The phenomenology of everyday expertise and the emancipatory interest

Philosophy and Social Criticism 39 (9):0191453713498388 (2013)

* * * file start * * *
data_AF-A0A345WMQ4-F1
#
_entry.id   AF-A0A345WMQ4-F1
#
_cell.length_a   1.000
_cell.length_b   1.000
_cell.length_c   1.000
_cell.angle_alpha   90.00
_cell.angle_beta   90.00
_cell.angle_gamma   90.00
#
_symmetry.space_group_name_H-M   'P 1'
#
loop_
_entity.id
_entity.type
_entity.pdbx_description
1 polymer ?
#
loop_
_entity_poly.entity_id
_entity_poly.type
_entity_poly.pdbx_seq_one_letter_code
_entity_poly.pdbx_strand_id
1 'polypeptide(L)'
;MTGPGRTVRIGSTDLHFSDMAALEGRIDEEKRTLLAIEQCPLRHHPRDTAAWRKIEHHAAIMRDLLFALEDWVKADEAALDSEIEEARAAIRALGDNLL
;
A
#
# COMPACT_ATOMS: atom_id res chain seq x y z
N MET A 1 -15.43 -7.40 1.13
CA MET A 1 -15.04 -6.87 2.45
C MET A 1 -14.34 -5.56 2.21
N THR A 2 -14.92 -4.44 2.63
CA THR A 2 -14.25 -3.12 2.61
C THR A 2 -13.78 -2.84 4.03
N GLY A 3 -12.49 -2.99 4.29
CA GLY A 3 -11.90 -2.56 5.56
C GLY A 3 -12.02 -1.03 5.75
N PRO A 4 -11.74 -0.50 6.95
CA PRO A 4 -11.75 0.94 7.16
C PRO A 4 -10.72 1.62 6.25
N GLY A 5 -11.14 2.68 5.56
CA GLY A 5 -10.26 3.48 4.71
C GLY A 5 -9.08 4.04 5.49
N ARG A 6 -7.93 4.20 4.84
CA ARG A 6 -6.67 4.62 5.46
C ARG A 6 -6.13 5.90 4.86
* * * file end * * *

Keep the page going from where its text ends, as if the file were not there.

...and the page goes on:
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This is a critical theoretical investigation of Hubert Dreyfus’ ‘phenomenology of everyday expertise’ (PEE). Operating mainly through the critical perspective of the ‘emancipatory interest’ the article takes issue with the contention that when engaged in expert action human beings are in non-deliberative, reason-free absorption. The claim of PEE that absorbed actions are not amenable to reconstruction places those actions outside the space of reasons. The question of acting under the wrong reasons – the question upon which the emancipatory interest rests – is thereby rendered groundless. A further difficulty for the emancipatory interest is the elimination by PEE of reflective agency. Framing expert action as perception- and affordance-driven, PEE diminishes practical reasoning. Furthermore, it understands freedom – consistently with its notion of action as affordance – as primarily the capacity of human beings to submit themselves to processes rather than to step back reflectively from them. Several criticisms of the philosophical delimitations created by methodology of PEE – phenomenology – are also developed.
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